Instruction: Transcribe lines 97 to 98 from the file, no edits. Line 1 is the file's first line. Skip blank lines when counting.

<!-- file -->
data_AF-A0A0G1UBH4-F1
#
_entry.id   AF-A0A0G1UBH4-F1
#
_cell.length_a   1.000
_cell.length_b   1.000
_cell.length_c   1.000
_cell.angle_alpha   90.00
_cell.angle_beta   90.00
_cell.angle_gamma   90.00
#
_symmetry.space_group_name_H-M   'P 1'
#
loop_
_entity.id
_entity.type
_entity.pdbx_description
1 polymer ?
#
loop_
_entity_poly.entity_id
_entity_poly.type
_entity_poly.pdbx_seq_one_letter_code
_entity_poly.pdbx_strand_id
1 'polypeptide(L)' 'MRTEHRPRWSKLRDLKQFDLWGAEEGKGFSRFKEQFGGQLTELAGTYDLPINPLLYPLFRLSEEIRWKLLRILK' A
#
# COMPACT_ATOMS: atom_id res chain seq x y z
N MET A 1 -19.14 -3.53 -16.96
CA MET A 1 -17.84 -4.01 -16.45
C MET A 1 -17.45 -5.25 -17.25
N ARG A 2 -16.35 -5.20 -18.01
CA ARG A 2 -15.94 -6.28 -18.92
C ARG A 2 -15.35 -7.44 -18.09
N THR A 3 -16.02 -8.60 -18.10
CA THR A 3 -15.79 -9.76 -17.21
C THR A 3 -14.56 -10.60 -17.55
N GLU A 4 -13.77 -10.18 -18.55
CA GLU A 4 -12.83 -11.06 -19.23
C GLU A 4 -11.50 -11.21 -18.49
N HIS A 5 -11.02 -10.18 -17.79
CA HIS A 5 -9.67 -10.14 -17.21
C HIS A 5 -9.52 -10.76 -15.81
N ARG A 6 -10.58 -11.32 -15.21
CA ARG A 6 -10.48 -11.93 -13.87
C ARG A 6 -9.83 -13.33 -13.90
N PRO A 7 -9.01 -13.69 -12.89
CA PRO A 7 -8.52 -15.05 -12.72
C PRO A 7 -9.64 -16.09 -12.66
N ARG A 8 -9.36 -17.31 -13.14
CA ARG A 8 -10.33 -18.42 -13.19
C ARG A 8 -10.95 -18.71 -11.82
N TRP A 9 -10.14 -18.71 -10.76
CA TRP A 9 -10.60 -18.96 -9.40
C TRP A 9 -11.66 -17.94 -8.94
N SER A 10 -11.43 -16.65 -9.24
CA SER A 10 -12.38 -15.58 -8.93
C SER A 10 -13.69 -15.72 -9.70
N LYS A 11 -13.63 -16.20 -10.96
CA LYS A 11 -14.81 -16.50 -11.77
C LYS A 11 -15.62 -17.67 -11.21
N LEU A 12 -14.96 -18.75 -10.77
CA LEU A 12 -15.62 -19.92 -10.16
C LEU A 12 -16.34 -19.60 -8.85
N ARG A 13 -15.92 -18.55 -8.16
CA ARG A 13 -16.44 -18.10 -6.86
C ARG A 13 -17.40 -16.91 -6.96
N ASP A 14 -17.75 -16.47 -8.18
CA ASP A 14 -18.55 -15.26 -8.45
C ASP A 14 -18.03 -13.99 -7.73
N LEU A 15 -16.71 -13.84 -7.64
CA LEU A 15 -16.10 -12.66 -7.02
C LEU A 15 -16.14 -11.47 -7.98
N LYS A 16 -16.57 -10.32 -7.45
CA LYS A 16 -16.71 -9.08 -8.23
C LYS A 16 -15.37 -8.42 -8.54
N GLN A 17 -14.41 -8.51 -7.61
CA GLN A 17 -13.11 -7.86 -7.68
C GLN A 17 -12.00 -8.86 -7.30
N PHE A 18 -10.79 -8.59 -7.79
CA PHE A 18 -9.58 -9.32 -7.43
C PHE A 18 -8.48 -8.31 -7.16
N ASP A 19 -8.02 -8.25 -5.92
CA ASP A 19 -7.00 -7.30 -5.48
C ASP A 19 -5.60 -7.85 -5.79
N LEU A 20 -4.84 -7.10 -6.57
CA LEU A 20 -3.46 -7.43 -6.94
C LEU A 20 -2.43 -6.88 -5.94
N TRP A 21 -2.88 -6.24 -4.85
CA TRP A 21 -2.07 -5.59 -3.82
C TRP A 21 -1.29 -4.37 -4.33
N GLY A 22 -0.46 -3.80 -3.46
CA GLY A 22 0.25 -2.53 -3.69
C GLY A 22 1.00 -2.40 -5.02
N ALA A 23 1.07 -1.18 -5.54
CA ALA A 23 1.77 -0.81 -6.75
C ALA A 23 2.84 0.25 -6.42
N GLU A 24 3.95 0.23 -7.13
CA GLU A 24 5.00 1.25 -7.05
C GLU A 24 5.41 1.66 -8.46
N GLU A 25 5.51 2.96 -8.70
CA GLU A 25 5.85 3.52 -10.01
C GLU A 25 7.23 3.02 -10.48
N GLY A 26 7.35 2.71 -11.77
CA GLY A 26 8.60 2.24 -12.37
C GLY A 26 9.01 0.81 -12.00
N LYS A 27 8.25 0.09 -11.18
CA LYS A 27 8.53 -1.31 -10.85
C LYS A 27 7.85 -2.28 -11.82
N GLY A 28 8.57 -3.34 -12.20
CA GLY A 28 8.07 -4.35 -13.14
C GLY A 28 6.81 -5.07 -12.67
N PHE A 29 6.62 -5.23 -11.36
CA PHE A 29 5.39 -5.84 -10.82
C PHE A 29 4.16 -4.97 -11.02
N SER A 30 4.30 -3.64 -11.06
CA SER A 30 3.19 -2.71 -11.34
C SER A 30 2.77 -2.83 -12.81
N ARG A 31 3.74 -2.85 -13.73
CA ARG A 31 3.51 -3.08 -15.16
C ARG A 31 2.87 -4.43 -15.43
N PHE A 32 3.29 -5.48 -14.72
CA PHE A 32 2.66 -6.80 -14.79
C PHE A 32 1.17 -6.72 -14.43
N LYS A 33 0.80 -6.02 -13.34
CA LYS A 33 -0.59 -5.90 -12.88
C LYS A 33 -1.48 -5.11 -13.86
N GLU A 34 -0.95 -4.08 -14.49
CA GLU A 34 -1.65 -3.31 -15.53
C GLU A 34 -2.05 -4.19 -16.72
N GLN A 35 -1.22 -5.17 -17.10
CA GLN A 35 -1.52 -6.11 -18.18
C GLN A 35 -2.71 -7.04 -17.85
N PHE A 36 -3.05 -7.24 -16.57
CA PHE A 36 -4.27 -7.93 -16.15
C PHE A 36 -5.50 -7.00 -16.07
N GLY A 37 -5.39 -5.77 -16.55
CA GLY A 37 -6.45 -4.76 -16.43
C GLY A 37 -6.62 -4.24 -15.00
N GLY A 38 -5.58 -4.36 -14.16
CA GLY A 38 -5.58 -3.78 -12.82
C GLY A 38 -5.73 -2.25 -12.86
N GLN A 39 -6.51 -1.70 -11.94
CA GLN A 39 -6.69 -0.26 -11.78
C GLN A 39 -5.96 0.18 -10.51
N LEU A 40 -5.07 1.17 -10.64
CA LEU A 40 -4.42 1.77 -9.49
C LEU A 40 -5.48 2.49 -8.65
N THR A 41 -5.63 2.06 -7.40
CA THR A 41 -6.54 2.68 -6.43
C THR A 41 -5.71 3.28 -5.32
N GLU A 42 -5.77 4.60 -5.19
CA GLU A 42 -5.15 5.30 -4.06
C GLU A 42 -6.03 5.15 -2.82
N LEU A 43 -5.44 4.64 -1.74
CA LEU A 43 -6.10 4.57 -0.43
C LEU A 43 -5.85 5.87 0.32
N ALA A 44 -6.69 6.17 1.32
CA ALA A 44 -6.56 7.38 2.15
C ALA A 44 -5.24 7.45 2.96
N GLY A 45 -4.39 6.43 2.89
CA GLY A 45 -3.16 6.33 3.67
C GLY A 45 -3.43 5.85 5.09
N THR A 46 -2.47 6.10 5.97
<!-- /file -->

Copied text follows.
N GLU A 24 3.95 0.23 -7.13
CA GLU A 24 5.00 1.25 -7.05